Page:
• Drop the paper cup in a tube, so drafts do not affect the motion of the paper cake cups
• Conduct the experiment in a closed system, where air pressure, temperature will remain constant
• Take more readings to increase accuracy by taking an average

This student written piece of work is one of many that can be found in our AS and A Level Mechanics section.

## Found what you're looking for?

• Start learning 29% faster today
• 150,000+ documents available
• Just £6.99 a month

Not the one? Search for your essay title...
• Join over 1.2 million students every month
• Accelerate your learning by 29%
• Unlimited access from just £6.99 per month

# Related AS and A Level Mechanics essays

1. ## Mechanics Coursework

Obviously it is sensible to use Earth as the planet o choice. It would be interesting to investigate the difficulties of futuristic 'moon basketball' to take the investigation further. * I am also assuming that the basketball does not 'spin'.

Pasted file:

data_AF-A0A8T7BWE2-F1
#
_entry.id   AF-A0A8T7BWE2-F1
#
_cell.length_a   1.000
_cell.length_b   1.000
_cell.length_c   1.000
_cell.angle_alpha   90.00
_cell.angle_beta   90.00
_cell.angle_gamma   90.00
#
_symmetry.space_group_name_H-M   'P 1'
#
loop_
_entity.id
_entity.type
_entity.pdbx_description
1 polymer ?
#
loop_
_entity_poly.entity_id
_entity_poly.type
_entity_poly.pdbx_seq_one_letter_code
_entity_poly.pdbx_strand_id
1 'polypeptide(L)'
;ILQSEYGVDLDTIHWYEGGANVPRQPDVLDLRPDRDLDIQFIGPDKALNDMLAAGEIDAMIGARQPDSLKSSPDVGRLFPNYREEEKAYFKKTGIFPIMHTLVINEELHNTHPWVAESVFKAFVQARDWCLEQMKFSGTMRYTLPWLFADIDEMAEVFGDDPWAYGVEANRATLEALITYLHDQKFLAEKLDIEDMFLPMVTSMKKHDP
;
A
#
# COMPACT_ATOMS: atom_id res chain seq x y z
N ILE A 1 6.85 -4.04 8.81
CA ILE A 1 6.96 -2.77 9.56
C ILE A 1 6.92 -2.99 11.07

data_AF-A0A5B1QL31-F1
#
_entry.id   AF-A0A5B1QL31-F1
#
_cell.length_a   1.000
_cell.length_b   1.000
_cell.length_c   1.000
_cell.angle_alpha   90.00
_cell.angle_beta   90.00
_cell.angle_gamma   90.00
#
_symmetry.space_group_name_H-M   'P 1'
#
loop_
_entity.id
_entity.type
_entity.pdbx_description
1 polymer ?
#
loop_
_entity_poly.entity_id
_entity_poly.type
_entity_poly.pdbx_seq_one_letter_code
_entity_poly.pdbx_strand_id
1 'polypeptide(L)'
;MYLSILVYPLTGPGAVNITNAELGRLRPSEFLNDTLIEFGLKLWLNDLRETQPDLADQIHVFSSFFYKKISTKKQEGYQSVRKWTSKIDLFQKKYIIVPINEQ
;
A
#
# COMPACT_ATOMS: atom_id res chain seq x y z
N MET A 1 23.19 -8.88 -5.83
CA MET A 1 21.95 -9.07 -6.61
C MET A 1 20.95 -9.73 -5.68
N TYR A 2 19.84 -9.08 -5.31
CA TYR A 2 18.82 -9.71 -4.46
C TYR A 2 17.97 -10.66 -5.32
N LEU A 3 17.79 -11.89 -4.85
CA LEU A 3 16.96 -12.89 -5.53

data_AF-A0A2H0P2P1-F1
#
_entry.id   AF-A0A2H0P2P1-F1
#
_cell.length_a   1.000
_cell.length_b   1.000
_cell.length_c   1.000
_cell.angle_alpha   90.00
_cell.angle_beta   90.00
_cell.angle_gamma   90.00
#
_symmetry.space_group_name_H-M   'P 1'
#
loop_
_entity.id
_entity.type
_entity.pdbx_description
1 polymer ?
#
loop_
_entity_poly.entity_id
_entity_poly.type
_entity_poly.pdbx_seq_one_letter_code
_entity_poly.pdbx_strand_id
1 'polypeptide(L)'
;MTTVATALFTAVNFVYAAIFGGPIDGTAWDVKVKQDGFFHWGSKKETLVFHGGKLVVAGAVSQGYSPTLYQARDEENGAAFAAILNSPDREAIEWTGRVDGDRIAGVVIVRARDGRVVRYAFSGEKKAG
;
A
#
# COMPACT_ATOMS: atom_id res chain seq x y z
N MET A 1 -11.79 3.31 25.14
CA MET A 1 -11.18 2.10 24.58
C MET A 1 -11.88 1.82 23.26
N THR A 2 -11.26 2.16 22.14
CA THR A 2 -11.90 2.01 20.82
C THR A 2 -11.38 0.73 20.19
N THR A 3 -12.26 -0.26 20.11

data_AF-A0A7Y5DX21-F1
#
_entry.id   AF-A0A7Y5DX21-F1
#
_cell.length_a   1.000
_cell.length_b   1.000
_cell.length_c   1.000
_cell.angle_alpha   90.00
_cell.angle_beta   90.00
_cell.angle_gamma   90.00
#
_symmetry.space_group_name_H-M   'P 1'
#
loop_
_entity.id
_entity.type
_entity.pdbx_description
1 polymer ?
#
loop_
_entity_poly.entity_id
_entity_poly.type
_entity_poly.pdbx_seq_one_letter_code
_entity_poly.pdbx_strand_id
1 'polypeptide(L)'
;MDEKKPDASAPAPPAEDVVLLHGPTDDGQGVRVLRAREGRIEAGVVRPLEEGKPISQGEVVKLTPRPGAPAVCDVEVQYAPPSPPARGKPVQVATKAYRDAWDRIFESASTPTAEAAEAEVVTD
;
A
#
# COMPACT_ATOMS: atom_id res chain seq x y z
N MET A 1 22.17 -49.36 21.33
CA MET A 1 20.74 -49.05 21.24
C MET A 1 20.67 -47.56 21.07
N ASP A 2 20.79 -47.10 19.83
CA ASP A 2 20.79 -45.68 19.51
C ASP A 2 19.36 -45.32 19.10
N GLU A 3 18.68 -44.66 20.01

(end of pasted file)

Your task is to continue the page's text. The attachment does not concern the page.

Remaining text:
2. ## Localization of Motion Perception the Cortex

All subsequent computations (object motion, three-dimensional trajectories, self-motion are based on these subsequent measurements. Exact boundaries of the parietal and temporal streams in humans are hard to specify. However a human parietal stream would presumably include area MT (V5), MST and possibly VIP and LIP.

1. ## One Dimensional Motion.

These equations can be further analyzed to see what took place in each test. Figure 5. Walking away and coming back Next the same CBL motion detector was taken outside to allow for enough room for the test and placed on a table.

2. ## This essay neither examines a mathematical equation, nor does it analyze a distinguished mathematician. ...

Background Even though he was not a mathematician, Zeno, better known as Zeno of Elea, was the first prominent doubter of the mathematical world. Born around 495 B.C. in the Greek colony of Elea in southern Italy, Zeno worked as a student under the philosopher Parmenides. • Over 160,000 pieces
of student written work
• Annotated by
experienced teachers
• Ideas and feedback to